The Klausstein chapel, Klaussteinkapelle
Pain and solace of the last member of the Rabenstein family
In 1723 the last lord of the castle, Johann Peter Albrecht von Rabenstein, to whom the castle now belonged , had the chapel restored and newly furnished. He had just lost both his sons and heirs to illness. And so the altar, carved by the catholic artist Johann Michael Doser from Auerbach is an expression of grief but also of solace. In the predella, where normally there would be a representation of the Last Supper, are the words: ‘Jesus’ suffering, pain and hurt will be my solace when I die.’ The angels with the instruments of Christ’s Passion – more numerous than in other margrave churches – remind us of Jesus’ suffering, but most of all of our salvation through Jesus’ death. St Peter, above the altar, unlocks the Gates of Heaven. And above that again, Heaven opens at Christ’s Transfiguraton. The picture of Whitsun on the pulpit may be connected with the dedication of the church at Whitsun in 1723, and tells us that without the Holy Spirit , all preaching is useless.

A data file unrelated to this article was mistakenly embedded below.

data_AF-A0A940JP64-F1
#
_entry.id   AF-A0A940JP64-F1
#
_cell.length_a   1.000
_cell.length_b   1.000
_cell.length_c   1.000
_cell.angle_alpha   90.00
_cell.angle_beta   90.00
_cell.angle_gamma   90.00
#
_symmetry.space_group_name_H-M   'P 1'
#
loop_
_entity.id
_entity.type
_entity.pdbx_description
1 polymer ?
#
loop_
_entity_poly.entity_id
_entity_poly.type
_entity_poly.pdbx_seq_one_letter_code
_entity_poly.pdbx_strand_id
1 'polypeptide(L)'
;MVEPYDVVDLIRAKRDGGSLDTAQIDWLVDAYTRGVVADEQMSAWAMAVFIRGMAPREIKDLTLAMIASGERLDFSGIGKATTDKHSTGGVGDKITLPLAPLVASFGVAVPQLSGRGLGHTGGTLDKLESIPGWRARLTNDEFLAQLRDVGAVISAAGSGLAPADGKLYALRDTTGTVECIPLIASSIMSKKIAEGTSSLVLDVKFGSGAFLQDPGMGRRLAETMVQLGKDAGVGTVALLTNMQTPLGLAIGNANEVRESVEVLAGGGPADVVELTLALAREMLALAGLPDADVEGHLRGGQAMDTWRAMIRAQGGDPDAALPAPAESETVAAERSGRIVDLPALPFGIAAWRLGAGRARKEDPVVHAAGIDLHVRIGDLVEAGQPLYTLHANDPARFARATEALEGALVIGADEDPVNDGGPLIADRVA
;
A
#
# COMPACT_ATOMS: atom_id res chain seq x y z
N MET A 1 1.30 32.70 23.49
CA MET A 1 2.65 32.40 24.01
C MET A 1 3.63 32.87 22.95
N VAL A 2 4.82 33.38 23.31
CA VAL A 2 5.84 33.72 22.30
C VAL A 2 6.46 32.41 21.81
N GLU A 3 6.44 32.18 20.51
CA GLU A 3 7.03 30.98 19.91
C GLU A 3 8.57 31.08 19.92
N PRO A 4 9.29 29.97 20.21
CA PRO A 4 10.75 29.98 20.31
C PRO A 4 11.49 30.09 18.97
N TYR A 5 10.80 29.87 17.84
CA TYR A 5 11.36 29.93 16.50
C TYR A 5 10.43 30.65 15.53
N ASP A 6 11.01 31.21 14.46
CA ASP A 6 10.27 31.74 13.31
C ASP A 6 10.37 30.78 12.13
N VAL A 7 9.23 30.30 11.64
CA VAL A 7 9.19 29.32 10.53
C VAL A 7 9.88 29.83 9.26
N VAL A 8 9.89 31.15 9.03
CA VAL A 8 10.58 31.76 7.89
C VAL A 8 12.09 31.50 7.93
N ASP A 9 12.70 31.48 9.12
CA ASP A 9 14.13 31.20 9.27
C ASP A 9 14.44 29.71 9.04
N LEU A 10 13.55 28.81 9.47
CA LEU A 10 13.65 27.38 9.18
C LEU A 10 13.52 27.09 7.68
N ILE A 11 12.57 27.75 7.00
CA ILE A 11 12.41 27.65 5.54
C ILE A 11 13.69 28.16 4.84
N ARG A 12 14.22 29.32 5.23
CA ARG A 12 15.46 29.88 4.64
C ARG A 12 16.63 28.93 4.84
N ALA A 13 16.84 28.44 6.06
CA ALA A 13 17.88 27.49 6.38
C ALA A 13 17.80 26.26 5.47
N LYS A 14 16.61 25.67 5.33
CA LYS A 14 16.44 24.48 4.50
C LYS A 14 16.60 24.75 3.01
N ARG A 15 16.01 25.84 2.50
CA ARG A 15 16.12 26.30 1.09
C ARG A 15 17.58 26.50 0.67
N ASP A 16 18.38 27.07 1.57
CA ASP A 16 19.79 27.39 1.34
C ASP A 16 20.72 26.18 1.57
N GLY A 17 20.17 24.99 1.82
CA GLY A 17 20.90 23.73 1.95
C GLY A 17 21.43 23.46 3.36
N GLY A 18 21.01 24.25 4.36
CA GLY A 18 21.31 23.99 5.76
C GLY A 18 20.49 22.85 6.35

The church was painted in 1739 by Friedrich Herold and is colourful and cheerful. On the organ case ,made the same year, gold sparkles on a dark red background just as it does on the altar. Angels up on the organ case and on the gallery pillars look down and bring Heaven to earth. The ceiling painting shows the Adoration of the Shepherds, and and the figure of St Nicholas on the right near the altar dates from the end of the 15C.
A chapel dedicated to St Nicholas was mentioned here in 1139, and the place is named after him. The chapel, with its romanesque walls, is all that remains of the former Castle Ahorn, 60m above the valley of the Ailsbach. Its origins lie in darkness but its situation is magnificent.
The Klausstein chapel
Klausstein 30 1/2
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It's worth going a little bit further: many churches lie on lovely cycle, walking and pilgrim paths. You will find an overview of them in the following map, as well as places worth seeing nearby. It also has links to local area, church and tourist information websites.
Bike tracks, pilgrim paths and hiking trails close to The Klausstein chapel:
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